I personally feel the most rewarding stuff I've done in the past two years, is overwhelmingly taken with the M6. I don't use the 150 lens much - focussing is difficult, for me. The 75 and 50mm are much easier.
    Another stab at logic: you're already taking one SLR, and a very capable one at that. Try the rangefinder, loaded with 220 film if you can source it. It goes without saying: test, develop, test, develop before you leave for your portrait project.
    Good luck, it sounds like a rewarding experience awaits you.
  11. Ryan
    I've had both these cameras and a Mamiya 6, my advice would be a Mamiya 6 with a 50mm, in my opinion about as perfect a setup for enviromental portraits as there is I can't imagine going to Kenya and shooting portraits without some enviroment. In fact the M6 is the only camera I regret selling the lens retracts and makes it very compact and the 50mm lens is a masterpeice. Only complaint about the Mamiya is they are fragile, where as you could fight off a lion with a Pentax 6x7 and then still use it.
  12. One vote for the Mamiya 6 (or 7) is the leaf shutter: with a small flash for fill, you'll get better results for portraits. Isn't the Pentax 6x7 really slow for sync?
    I would, however, carry a spare Mamiya body.
    Guido, I find it strange that your rangefinder could drift so much day to day. I don't have that problem, and use my 150 successfully on a regular basis. It's too bad someone out there can't invent a Leica-style viewfinder magnifier.
  13. I have worked with an RB67 extensively ... Weight is a minor issue ... My main concerns are ease of use, reliability, durability, and focus. Focus and sharp images are crucial ...​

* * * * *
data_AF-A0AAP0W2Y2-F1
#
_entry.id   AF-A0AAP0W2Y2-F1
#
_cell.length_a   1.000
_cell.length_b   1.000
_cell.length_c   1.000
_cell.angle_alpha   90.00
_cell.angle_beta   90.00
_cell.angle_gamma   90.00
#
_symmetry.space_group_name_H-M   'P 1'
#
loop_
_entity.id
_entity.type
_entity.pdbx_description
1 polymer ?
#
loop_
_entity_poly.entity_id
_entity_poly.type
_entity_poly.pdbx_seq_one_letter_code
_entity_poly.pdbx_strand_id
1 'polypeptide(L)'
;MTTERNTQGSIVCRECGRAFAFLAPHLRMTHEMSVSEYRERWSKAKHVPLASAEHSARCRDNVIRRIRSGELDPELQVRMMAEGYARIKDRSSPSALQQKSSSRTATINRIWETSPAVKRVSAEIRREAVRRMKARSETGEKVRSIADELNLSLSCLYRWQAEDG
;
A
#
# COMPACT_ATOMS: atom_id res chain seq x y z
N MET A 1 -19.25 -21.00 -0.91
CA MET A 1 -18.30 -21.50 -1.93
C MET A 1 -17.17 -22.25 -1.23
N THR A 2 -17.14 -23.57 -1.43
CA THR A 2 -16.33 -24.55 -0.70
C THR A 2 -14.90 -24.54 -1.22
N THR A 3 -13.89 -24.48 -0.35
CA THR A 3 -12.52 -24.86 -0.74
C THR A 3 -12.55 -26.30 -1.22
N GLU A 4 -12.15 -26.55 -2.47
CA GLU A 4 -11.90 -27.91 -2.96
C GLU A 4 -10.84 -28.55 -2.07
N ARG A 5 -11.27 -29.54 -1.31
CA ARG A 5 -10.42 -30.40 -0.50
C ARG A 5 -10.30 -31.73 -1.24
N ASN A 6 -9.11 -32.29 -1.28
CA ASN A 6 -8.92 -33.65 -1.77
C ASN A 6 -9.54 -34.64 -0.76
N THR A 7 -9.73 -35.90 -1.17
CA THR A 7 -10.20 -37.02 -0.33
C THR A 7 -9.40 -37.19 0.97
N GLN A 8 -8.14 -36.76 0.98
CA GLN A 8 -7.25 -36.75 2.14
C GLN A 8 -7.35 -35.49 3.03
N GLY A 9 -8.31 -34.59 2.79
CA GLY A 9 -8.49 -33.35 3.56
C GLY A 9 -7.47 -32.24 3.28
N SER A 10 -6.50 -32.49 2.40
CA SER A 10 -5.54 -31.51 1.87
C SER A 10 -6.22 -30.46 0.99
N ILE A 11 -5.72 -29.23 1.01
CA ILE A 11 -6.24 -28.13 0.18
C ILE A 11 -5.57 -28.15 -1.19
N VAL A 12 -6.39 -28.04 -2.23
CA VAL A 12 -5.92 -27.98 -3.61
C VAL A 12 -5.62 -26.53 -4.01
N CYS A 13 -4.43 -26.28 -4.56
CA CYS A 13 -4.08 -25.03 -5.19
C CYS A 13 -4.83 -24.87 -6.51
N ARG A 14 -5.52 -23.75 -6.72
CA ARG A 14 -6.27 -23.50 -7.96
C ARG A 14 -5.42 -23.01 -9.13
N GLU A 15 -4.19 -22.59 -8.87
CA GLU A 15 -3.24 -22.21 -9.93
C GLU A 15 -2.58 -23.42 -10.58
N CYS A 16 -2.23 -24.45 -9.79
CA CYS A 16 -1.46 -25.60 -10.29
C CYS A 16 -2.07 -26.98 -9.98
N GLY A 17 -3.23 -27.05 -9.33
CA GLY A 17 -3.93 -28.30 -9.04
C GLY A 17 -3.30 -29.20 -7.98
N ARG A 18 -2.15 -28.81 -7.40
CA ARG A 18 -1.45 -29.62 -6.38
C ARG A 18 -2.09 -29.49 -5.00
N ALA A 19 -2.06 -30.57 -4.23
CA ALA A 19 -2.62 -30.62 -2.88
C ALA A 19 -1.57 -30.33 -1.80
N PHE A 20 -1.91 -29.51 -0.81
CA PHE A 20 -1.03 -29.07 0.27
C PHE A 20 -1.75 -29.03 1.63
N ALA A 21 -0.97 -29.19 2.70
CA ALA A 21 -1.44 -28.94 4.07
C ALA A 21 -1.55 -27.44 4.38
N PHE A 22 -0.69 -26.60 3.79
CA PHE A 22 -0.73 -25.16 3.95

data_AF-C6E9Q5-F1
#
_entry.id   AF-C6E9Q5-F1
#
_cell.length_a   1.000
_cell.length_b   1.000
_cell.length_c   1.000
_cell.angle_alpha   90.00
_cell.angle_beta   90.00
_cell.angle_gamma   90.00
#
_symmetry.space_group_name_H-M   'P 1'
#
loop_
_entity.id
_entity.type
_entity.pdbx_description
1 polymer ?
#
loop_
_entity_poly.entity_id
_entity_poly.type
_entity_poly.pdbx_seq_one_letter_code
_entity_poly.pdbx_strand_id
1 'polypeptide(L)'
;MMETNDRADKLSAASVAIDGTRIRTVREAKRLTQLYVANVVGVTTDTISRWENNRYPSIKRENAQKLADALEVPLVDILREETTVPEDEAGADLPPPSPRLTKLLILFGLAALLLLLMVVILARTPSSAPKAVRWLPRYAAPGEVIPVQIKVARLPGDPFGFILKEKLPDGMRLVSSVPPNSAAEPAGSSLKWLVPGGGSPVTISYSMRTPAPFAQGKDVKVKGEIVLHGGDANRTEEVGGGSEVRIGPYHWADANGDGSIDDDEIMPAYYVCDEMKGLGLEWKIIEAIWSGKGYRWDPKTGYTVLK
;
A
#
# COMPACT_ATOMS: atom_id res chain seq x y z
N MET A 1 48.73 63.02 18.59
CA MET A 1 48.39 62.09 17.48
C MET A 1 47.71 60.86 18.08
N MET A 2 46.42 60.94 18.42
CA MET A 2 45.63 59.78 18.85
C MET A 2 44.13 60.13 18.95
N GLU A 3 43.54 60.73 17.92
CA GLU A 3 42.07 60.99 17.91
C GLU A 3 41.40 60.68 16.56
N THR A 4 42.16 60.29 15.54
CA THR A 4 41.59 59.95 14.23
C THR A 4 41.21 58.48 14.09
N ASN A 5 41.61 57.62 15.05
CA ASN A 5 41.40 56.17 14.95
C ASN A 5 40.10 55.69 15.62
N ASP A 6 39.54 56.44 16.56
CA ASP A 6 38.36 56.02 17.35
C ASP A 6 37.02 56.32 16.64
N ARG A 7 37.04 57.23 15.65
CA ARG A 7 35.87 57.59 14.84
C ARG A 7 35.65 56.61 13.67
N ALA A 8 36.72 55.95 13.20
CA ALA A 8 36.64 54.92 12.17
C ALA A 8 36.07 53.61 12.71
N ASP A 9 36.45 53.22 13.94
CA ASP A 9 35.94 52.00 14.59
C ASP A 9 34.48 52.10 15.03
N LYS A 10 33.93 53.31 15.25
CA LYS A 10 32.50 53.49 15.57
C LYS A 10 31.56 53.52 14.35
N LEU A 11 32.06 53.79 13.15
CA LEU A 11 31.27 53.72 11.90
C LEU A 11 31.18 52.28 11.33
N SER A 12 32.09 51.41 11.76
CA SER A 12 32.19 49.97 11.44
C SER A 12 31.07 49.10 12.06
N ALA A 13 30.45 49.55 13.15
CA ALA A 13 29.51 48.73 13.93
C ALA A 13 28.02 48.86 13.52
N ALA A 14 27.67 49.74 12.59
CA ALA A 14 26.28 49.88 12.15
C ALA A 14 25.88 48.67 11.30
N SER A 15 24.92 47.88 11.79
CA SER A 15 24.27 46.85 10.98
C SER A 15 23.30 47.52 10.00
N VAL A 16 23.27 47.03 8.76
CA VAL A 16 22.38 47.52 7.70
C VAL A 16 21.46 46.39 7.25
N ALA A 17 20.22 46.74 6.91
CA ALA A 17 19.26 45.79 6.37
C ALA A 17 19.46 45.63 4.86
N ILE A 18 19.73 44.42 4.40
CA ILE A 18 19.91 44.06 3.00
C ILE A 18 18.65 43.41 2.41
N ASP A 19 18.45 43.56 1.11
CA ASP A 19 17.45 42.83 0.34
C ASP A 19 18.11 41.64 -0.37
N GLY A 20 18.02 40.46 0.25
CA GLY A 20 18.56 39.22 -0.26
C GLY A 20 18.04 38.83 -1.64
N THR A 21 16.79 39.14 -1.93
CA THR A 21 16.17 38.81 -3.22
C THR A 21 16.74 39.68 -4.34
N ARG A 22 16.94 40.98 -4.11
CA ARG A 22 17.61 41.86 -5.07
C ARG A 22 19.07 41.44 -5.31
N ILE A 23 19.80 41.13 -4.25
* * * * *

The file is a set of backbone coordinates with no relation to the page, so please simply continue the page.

Hmmm... Describes the RB-67 pretty well. So, why not take the camera you're already familiar with?
    The early Pentax 6x7 didn't have MLU. The slower shutter speeds might not produce as sharp an image as you'd like on these.
  14. Thank you for all the responses. I have never used a rangefinder, but am a very fast learner. Regardless, as I went through all the responses I started thinking, Why not just rent an RZ?... I wanted the quicker handling of the Mamiya 7 or Pentax, but an RZ w/ prism wont fall too far behind, and I am familiar with them. With the waist level finder I can hold it rock steady. I would take my RB but it has a light leak. I will be capturing more posed portraits, and not environmental. I have a very large canvas that I will hang and use as a BG, then shoot images of the environment separately to give context to the portraits for the overall project. As much as I loathed taking a tripod, it seems to be my best option. Unless anyone can find a flaw in my thought process...
    Thanks for all the responses!!
  15. Are you comfortable with a rangefinder, its advantages and limitations? If you aren't completely sure what you will encounter in a remote shoot, I think the Pentax (reflex) would be a better choice of the two.
    That said, you won't come close to the potential of 6x7 unless you use a tripod. By hand, the results will be no sharper than with a small format camera. An RB or RZ would be better than the Pentax on a tripod, since you can rotate the back instead of flopping the camera on its side, and you have already put some mileage on an RB. An RZ is simpler to use, and the winder is no harder to use than on a Pentax, except it's on the side rather than the top.
  16. The RZ sounds as if it will meet your needs. And you'll get flash sync at all speeds vs. 1/30 with the Pentax.
  17. With the 80mm on the Mamiya 7II almost anyone can take environmental portraits. What you want to worry about is motion blur if your are shooting hand-held.
  18. The light Mamiya wins hands down for travel work, IMHO. It is also very quiet, and you can handhold it at much slower speeds.
    It shares all of the advantages of Leicas for this kind of work.
  19. The light Mamiya wins hands down for travel work, IMHO. It is also very quiet, and you can handhold it at much slower speeds.
    It shares all of the advantages of Leicas for this kind of work.